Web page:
Before being interviewed each participant was given a full explanation of the research project and its purpose. If the respondent agreed to participate in the study, he or she was individually interviewed face-to-face by trained interviewers using a pre-tested and structured questionnaire. The questionnaire asked about individual demographic characteristics, household income, educational level, self-reported smoking habits, and behavioral practices. Self-reported current smokers were assessed for nicotine dependence using six questions from the Fagerstrom Test for Nicotine Dependence (FTND) [14]. The FTND has a set of 6 items with an overall score ranging from 0–10.

Socioeconomic characteristics of 44 townships for the year 2011 were obtained from the local statistics office.

Consent statement

Each participant signed an informed consent form before being interviewed.

Ethical approval

This study was approved by the Ethics Committee of Kunming Medical University, before carrying out the research.

Definitions

Smokers were defined as persons who had smoked at least 100 cigarettes in their lifetime, and those who smoked on a daily basis at the time of the survey were classified as current smokers. Very high dependence was defined as an FTND score ≥8; high dependence, a score ranging from 6–7; medium dependence, a score equal to 5; low dependence, a score ranging from 3–4; and very low dependence, a score ranging from 0–2; no-dependence, a score <5; For this study, dependence was defined as a score ≥5.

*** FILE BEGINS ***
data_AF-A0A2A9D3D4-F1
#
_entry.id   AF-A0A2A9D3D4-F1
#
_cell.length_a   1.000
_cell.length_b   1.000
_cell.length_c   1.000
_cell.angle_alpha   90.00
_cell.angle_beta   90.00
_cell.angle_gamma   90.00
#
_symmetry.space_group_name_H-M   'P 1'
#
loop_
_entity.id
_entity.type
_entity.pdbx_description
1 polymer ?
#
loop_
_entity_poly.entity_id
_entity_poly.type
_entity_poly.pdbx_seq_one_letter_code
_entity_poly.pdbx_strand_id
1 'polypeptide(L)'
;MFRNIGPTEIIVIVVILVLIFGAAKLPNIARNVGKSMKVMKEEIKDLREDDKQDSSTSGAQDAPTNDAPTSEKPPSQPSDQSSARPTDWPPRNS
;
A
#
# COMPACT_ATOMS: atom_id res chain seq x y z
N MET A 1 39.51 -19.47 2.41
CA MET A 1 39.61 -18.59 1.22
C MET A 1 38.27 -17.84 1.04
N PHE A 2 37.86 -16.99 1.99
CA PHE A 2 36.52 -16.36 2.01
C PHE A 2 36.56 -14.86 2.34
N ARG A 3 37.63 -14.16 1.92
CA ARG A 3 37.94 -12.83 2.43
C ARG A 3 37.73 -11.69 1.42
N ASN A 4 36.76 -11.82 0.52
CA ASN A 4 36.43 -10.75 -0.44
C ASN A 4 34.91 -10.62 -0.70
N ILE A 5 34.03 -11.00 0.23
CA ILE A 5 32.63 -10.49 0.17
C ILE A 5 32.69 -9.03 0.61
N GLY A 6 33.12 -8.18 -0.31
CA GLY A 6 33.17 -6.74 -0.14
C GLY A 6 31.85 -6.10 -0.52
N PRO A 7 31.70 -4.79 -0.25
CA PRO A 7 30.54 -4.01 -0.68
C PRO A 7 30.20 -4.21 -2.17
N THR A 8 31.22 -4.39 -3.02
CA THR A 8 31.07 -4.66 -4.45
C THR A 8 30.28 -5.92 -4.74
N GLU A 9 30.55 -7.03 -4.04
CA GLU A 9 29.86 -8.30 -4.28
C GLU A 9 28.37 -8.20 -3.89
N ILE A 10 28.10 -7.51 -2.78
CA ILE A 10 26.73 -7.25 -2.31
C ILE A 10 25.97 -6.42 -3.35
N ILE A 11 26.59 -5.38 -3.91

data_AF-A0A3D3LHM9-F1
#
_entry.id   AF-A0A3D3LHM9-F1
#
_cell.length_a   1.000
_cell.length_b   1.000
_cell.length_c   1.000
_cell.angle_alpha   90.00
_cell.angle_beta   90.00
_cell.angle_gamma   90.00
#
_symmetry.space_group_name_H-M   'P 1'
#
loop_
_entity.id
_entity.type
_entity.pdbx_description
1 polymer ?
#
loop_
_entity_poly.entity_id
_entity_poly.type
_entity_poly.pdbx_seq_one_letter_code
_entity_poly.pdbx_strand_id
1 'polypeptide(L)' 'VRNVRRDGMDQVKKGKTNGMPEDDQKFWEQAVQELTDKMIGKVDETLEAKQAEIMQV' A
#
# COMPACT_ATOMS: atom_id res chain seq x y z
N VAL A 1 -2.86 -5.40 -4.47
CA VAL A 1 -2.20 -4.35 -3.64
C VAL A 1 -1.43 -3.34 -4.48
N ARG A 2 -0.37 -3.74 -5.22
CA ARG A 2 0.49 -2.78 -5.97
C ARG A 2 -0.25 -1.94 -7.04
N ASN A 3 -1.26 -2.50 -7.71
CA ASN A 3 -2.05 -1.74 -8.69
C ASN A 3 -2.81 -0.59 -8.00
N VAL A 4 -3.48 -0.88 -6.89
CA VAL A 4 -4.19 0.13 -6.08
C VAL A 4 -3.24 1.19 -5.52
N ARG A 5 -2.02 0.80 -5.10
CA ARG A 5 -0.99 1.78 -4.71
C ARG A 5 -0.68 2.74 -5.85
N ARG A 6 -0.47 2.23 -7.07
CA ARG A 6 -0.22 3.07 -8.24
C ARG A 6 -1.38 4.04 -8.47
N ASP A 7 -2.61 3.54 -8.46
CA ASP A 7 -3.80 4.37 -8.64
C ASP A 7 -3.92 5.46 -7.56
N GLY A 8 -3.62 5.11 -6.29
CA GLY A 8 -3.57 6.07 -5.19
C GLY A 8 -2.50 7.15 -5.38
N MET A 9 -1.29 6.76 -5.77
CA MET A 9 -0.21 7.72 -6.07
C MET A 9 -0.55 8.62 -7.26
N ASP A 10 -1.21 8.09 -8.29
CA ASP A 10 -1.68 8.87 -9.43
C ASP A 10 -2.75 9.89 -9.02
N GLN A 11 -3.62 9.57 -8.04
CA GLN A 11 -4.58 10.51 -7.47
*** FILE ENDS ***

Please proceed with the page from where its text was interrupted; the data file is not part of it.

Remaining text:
Statistical analysis

Multilevel logistic regression was used to analyze the association between both contextual and individual SES variables and a binary measure of nicotine dependence. Individual characteristics were: age, sex, ethnicity, yearly household income, education, and tobacco cultivating status. The township characteristics or contextual variables were the percent middle (grade 7–9) or higher education completed percentage of ethnic minorities, average yearly income, population size, area of township, and area of tobacco cultivation. Data analyses were done with R software version 2.9.2 [15].